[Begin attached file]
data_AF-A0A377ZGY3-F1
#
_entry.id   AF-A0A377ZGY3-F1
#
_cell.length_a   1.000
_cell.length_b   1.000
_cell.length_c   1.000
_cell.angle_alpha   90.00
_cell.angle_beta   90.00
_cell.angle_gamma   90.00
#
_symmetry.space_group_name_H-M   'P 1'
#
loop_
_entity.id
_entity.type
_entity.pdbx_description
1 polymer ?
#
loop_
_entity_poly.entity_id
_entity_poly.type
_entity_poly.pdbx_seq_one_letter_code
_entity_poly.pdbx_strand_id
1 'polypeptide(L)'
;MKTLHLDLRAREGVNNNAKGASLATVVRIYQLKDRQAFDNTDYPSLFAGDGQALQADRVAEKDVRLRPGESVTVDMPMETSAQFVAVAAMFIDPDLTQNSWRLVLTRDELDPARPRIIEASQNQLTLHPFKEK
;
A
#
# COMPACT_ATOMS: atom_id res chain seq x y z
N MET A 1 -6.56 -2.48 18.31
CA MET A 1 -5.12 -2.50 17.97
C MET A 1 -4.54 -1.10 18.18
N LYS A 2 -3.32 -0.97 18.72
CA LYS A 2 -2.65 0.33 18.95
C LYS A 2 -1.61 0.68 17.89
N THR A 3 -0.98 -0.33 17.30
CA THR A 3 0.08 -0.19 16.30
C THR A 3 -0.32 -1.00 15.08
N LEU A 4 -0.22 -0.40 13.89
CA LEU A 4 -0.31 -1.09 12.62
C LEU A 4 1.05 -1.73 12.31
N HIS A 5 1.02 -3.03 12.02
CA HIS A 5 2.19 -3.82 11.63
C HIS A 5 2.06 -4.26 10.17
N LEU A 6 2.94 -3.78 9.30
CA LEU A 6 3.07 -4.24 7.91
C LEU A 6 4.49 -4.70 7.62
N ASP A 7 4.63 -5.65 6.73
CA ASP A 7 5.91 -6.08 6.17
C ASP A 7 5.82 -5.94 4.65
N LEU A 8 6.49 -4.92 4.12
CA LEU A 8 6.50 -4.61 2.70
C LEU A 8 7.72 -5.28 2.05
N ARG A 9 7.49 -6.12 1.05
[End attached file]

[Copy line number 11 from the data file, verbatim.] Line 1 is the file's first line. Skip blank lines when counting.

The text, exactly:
#